“Tenants Taking Control is grateful to Attorney General James for preventing Raphael Toledano from engaging in real estate transactions throughout New York State,” said Liz Haak, former tenant of Toledano. “In the future, tenants will not have to suffer the harm that Toledano inflicted on us. While he owned 22 buildings, Toledano harassed tenants with in-person visits and phone calls urging acceptance of low-cost buyouts. He managed to intimidate nearly half of the tenants into leaving their apartments, most of them rent-regulated. Toledano sometimes illegally engaged in the wanton destruction of habitable apartments, causing high levels of lead dust. Some buildings had cooking gas and intercom cutouts. All tenants experienced a lack of housekeeping services, exterminator services, and livability guarantees. Our coalition is grateful to Attorney General James for responding to our complaints.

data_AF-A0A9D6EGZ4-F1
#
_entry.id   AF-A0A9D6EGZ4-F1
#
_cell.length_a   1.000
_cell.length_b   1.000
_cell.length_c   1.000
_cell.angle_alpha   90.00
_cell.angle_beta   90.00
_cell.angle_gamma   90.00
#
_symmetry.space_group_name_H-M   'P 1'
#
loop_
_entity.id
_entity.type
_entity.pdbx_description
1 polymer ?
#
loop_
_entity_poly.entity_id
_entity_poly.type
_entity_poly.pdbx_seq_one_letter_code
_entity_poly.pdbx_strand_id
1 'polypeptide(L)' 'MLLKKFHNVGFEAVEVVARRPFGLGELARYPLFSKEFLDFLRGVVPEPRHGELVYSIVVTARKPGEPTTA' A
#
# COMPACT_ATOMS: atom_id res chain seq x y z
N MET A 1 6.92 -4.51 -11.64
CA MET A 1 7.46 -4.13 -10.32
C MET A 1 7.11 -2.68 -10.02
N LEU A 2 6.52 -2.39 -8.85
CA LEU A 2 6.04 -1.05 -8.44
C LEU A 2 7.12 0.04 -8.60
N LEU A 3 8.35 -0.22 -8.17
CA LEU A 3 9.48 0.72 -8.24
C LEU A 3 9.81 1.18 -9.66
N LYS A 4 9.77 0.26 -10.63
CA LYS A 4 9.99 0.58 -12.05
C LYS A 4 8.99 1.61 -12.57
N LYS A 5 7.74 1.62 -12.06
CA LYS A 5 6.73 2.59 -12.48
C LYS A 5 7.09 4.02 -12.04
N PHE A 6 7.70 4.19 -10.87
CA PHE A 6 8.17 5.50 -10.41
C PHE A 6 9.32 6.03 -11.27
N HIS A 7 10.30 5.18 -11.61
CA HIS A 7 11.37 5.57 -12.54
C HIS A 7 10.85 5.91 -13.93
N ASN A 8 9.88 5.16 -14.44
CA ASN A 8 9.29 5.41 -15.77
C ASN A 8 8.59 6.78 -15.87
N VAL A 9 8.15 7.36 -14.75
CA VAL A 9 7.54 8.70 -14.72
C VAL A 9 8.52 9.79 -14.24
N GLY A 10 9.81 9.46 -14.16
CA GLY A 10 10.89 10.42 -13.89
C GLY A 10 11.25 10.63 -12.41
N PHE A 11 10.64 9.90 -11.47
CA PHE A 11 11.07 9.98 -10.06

“Tenants are not pawns to be abused and thrown into illegal and lucrative real estate schemes,” said Sandra Mayer, former tenant of Toledano. “At least one evil-doing chess piece has been removed from the chessboard in New York City. On behalf of future tenants who deserve peace in their homes, Tenants Taking Control is extremely grateful to Attorney General Letitia James and her staff for excluding Mr. Toledano.
“Tenants who lived under the Toledano property fought for years to reclaim and keep their homes.” noted Mike Leonard, Supervising Attorney, TakeRoot Justice, who has worked with many tenants of the buildings in Toledano. “Attorney General James stood by them, and it’s a relief to know now that Toledano no longer has the right to be a landlord, that no other tenant will have to go through what he went through.”